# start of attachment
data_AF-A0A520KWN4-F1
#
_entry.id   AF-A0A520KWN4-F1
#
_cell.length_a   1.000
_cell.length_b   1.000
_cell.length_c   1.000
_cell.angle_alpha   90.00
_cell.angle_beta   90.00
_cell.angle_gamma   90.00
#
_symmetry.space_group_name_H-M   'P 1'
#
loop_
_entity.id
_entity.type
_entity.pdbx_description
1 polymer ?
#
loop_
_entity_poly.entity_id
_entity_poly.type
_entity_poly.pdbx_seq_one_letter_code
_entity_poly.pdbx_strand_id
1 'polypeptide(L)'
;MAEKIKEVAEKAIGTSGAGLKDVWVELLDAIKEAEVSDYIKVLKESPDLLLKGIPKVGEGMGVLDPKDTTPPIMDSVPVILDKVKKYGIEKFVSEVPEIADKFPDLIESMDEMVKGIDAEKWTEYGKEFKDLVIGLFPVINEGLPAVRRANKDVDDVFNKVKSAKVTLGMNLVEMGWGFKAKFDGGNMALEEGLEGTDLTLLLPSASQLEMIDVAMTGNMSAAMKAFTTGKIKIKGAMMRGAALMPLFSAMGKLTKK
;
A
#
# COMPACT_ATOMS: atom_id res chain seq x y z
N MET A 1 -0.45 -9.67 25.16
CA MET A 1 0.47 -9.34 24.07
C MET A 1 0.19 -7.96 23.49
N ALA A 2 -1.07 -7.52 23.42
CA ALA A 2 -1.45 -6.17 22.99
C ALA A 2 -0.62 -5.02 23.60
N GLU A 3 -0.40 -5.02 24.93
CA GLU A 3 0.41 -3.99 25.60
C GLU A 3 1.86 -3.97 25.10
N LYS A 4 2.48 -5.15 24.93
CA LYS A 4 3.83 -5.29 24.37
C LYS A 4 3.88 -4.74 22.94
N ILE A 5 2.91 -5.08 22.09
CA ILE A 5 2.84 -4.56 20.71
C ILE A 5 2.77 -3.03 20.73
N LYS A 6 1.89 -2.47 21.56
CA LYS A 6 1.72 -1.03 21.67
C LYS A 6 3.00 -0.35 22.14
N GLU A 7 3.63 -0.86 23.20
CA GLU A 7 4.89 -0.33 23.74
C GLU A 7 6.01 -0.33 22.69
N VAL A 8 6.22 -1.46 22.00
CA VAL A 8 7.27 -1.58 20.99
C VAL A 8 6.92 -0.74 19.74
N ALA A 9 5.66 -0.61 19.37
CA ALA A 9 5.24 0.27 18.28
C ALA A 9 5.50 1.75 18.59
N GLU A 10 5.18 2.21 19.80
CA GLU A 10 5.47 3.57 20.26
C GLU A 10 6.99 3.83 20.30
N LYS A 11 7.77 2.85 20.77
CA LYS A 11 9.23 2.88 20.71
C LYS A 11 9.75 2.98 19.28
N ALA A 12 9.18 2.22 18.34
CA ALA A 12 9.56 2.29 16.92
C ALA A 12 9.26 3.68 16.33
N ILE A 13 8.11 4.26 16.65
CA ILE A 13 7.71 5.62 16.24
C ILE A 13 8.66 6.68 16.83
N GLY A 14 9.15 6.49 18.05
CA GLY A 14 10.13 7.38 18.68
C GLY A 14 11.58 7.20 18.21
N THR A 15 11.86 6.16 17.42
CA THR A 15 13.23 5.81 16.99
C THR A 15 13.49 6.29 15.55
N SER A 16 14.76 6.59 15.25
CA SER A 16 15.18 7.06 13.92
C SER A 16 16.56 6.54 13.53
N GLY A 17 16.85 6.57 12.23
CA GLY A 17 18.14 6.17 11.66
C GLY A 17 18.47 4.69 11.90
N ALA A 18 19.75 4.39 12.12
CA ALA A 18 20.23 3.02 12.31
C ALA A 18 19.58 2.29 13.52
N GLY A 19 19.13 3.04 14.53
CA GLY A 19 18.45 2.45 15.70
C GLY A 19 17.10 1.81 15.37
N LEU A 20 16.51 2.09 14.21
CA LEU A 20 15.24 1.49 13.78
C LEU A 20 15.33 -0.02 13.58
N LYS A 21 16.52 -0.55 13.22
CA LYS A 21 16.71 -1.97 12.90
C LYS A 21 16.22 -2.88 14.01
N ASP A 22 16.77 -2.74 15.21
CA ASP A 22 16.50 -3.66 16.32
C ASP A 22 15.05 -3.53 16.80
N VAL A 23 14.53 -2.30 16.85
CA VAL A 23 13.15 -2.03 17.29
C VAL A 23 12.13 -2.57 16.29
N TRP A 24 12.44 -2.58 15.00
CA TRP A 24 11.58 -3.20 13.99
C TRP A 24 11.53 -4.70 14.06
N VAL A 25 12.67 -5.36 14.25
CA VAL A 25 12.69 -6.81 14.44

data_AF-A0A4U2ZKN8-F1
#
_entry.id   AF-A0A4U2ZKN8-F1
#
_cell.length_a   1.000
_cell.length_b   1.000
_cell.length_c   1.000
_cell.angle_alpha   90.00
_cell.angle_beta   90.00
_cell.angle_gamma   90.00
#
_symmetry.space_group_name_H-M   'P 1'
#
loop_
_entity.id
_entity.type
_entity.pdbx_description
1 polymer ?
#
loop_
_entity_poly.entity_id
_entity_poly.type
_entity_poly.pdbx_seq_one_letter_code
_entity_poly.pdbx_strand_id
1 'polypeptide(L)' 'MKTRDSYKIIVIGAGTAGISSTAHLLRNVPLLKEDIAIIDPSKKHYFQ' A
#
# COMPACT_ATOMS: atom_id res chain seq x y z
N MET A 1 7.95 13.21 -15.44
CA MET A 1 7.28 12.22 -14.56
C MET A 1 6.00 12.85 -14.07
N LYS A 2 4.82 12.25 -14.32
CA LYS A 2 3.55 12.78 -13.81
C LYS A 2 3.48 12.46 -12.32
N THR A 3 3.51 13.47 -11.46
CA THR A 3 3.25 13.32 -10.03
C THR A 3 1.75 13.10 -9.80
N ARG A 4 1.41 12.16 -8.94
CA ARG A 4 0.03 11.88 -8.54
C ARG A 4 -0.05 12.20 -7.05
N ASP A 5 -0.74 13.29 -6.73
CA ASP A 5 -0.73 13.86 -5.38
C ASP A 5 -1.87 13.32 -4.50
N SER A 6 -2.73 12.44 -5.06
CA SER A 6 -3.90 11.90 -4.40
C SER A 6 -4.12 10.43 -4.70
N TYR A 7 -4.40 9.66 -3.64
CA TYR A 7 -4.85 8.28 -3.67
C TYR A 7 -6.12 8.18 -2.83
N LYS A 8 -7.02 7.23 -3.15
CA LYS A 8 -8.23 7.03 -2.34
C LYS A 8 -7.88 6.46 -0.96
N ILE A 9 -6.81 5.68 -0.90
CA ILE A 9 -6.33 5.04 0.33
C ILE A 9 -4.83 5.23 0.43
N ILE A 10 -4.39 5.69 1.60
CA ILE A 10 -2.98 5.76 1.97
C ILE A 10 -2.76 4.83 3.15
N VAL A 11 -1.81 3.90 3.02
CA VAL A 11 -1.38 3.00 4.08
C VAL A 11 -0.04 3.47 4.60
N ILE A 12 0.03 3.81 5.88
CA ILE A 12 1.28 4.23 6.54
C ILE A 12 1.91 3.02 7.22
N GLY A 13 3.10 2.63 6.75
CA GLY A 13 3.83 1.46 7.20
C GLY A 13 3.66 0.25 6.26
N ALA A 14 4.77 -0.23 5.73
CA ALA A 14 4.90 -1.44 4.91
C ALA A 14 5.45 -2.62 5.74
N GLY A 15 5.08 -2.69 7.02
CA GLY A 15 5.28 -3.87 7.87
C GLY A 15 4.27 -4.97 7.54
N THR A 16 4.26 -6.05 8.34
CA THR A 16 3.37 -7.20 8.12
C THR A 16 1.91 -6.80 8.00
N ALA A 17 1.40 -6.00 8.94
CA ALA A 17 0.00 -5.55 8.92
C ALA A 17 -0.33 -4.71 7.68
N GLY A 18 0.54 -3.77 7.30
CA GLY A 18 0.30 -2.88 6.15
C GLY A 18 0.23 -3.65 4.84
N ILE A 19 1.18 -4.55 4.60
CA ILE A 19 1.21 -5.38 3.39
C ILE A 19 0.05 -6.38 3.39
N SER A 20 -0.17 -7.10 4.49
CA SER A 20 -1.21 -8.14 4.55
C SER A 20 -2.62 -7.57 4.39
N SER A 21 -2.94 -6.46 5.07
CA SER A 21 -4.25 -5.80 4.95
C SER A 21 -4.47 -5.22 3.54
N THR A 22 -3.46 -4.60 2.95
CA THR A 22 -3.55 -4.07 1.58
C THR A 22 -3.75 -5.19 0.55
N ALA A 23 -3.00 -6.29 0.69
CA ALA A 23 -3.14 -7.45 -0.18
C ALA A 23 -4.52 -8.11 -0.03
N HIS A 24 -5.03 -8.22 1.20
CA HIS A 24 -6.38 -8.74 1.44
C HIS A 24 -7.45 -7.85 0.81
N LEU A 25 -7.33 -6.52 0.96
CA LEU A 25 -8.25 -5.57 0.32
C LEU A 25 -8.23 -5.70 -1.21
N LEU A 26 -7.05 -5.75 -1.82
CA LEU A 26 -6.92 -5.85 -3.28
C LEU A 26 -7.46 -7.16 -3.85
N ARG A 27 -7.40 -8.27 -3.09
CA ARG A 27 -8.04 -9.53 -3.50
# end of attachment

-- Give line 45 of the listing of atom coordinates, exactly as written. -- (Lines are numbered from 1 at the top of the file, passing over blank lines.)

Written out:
C ILE A 5 2.77 -3.03 20.73